A FACULTY of Pharmacy sophomore recently got the number one spot in the “virtual” Online Stock Trading Tournament launched by the Philippine Stock Exchange (PSE) in November 2003.

Mark Lester Sy, 19, emerged as winner among 100 participants after dominating the charts with an accumulated 103% increase on his portfolio value in the final analysis of the online trading simulation game.

“I enjoyed the game so much. Since it was based on the actual stock-trading of PSE, it required of us more in-depth analysis and critical thinking which was a good venue for me to practice the theories I have only read in books,” Sy was quoted as saying in an interview.

The online game, which was opened to members of the Philippine Association of Collegiate Schools of Business or PACSB based in Manila, ended last in January 31.

Reports from the PSE website said Sy’s initial portfolio value of P2 million ballooned to P 4,059, 463.86 out of about 783 trading attempts within two months.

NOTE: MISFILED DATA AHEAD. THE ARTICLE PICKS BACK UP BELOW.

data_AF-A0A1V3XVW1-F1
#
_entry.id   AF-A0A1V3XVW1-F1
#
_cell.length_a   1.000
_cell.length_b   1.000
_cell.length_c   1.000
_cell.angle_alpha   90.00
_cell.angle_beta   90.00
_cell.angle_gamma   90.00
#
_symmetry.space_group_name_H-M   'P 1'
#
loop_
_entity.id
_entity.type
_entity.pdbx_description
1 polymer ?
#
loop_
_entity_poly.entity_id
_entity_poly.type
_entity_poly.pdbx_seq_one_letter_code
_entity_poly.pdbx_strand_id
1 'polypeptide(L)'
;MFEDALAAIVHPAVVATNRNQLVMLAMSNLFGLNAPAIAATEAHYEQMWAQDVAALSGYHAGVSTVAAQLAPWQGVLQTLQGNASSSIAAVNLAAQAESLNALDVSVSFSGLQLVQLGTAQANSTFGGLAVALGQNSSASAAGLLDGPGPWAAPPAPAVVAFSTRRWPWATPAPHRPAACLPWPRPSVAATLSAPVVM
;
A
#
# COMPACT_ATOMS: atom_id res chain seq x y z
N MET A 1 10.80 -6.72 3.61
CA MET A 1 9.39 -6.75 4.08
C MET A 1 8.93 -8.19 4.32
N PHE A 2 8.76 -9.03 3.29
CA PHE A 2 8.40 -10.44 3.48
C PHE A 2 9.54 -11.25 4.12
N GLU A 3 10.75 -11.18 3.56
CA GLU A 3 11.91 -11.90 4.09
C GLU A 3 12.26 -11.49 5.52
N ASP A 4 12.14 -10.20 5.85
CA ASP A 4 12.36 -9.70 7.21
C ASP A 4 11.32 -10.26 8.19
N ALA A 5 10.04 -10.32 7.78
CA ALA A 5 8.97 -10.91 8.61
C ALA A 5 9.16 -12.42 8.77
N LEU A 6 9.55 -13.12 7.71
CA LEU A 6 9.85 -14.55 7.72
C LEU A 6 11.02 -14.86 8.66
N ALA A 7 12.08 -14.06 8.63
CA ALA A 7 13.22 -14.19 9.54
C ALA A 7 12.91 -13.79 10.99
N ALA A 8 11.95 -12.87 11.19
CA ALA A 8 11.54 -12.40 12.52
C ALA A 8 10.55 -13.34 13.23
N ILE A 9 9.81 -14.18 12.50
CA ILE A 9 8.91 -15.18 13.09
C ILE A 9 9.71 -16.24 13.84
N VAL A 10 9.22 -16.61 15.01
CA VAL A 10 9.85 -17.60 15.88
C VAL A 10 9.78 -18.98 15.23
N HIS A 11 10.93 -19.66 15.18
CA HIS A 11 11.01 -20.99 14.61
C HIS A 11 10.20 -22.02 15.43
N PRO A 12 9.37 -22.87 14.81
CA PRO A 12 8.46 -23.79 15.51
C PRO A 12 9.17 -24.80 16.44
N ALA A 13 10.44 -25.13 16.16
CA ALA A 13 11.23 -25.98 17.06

Sy said he was enticed to try stock trading when he read “Market Wizard,” a collection of interviews with America’s top stock traders, back in high school.

He said he sees himself investing and trading full-time when he steps out of college.

Sy explained that in the simulation game, he bought majority of shares from PhilWeb because “its price rarely fluctuates, being the most stable among the others.”

He added he was surprised though, that PhilWeb’s market price has suddenly dropped from 0.11 to 0.01.

De La Salle University students Kai Wai Choi and Jervis Tinimbang followed behind Sy and have consistently occupied the second and third places, respectively. Fourth in rank was Paul Gaw of Chang Kai Shek College.

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John Carlo Luarte of the Philippine School for Business Administration was in fifth place while Kenneth Ng was sixth.

Cash and prizes such as personal computer, personal digital assistant, digital camera and mobile phone were given away during the awarding ceremony on February 5.

The online game was aimed at equipping players with knowledge on investment techniques and helping them predict market behavior. As in the actual PSE trading floor, transactions were made from 9 a.m. to 12 noon.

Real-time prices as well as the same trading rules and regulations in the PSE including commission, transaction fees and taxes were also applied in the game. Dexter R. Matilla

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